Is CPA Review Course Tax Deductible?

Complete Guide to CPA Review Educational Expense Deductions

are-cpa-review-courses-tax-deductibleThe CPA  journey is an expensive one. Regardless of whether you are a college student or an accounting professional looking to further your career, getting your CPA license isn’t cheap. Between college, prep courses, exam fees, and application costs becoming a CPA is expensive.

So, you might ask yourself, are CPA review course expenses and fees tax deductible? After all, this is a prep course for an exam that you most likely have to take for your job. Unfortunately, the IRS has heard several cases on this topic and concluded that review courses are non-deductible because they are personal expenses.

After all you aren’t in the business of becoming a CPA.

Let’s check out a few different reasons why you can’t deduct CPA review expenses on your tax return.

Can I Deduct CPA Review Course Expenses on My Tax Return?

No, a CPA review course is not tax deductible because the IRS deems it to be a personal expense and does not treat it like a qualified education expense or a non-reimbursed business expense.

Here are two ways to look at the cost of a CPA review course:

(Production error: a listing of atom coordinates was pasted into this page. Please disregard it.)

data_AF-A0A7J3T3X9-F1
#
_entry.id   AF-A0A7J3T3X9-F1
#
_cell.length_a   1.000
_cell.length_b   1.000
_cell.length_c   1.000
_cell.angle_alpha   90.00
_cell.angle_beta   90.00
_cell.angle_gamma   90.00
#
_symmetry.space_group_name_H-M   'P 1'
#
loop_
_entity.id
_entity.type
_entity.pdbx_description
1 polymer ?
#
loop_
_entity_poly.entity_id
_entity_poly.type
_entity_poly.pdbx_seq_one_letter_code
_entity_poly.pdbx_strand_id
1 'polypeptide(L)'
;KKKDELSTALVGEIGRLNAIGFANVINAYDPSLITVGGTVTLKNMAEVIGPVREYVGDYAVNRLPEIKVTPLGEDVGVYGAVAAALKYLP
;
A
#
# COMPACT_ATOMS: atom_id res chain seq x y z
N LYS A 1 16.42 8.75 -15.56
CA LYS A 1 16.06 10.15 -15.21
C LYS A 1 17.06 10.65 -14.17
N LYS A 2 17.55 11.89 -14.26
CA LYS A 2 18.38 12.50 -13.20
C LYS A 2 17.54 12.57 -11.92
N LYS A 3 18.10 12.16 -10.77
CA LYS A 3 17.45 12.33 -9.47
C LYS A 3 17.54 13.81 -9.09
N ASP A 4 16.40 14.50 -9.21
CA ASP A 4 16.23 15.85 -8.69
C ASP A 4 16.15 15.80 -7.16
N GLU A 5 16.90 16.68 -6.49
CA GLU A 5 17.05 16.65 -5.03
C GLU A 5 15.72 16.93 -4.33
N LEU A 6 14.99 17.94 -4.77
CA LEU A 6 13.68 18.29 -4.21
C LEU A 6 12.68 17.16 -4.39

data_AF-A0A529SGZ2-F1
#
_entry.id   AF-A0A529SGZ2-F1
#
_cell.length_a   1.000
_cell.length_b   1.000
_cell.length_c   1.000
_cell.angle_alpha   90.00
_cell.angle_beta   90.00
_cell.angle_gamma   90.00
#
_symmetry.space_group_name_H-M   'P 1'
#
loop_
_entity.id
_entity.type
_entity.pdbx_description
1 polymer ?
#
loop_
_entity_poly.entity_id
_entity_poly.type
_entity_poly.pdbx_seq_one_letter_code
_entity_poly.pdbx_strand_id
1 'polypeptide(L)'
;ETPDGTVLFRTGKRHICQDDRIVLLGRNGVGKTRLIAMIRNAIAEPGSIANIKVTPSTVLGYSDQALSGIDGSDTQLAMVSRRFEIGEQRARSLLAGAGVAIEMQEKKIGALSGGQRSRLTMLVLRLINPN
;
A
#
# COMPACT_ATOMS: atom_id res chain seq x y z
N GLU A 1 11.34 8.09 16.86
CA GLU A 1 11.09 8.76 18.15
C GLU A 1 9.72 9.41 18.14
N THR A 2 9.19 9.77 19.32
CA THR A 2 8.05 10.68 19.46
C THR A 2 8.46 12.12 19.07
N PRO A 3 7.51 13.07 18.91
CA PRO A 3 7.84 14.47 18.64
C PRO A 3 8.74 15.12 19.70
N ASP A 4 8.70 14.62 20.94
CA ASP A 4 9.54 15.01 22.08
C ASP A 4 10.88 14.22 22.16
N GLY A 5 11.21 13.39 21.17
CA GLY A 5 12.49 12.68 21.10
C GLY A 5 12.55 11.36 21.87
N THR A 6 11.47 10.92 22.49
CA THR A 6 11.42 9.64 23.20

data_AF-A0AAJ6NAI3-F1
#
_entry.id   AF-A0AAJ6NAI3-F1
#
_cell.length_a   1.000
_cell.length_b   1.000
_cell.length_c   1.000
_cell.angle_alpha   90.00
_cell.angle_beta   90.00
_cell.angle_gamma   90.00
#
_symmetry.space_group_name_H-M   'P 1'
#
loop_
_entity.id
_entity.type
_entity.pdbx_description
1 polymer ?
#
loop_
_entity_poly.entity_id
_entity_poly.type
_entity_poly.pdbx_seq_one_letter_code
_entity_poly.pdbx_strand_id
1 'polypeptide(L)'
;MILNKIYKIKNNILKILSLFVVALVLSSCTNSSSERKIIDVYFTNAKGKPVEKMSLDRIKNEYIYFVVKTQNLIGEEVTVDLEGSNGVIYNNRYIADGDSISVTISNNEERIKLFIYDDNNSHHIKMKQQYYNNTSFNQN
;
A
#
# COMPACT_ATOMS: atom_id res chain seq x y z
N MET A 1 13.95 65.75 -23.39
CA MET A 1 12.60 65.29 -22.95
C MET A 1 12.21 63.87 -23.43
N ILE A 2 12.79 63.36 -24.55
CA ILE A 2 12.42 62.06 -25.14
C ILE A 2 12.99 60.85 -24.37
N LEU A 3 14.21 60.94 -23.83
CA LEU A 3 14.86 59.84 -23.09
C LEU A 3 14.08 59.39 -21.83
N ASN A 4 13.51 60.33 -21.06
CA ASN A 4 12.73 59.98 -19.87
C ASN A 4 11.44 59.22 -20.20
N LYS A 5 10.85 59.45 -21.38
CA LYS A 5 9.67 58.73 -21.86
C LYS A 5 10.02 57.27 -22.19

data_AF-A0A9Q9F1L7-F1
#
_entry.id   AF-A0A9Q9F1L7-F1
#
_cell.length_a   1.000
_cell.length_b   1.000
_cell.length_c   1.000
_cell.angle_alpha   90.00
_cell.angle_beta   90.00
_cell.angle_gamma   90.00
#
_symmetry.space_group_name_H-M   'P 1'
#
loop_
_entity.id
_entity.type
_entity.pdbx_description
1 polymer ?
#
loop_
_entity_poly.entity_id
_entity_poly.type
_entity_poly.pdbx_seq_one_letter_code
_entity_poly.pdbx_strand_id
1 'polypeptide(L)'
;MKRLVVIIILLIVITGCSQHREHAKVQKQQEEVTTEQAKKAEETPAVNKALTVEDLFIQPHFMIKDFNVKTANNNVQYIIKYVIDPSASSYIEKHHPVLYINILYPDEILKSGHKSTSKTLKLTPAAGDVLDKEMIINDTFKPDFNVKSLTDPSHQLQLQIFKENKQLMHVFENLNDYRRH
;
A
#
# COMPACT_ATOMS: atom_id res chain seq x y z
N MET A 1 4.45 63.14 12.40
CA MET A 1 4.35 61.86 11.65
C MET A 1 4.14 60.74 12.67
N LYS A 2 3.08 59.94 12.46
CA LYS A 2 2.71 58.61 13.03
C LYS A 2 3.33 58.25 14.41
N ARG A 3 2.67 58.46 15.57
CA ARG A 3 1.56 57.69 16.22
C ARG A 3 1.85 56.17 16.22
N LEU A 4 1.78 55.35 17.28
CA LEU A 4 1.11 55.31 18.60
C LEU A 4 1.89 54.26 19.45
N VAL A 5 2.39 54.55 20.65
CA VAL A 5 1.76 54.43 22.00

• Educational expense
  • Unreimbursed business expense

Both of these will come under different sections of your Form 1040 and will get entirely different treatment under the tax laws. Let me explain further how it comes under each category.

Is It Possible To Deduct CPA Review Expenses On Your Tax Return?

Are CPA Exam Review Costs Deductible As Educational Expenses?

As per the US tax laws, the educational expense can get a deduction on the first page of Form 1040. But the IRS publication 970 that defines the tax benefits of education does not put the cost of buying the study material for CPA as an educational cost or even a work-related study expense.

As per the IRS, the education expenses that get the tax benefit are tuition fees and enrollment and attendance fees at a qualified educational institute.

But since you are not required to enroll for a CPA course at an institute and neither is the CPA review course guide company a qualified educational institute, you do not benefit from it under the educational expense of the tax deductibles.

The IRS further states that an educational expense, which may also include the cost of research done as part of the curriculum, can be deducted as a necessary education expense even when you get a degree for it. The points that have to be considered here are:

  • The educational qualification is helping you maintain or improve the skills required for your present business or profession.
  • The educational qualification is in terms of your employer’s agreement. Or it may be the requirement of the law as a condition of retention, a position, or a rate of compensation.

You can benefit from deductions of your educational expense when it improves the skill required to maintain your present employment, job level, or pay level. The challenge is to prove to the IRS, with supportive documentation, that your educational expense is necessary to your employment.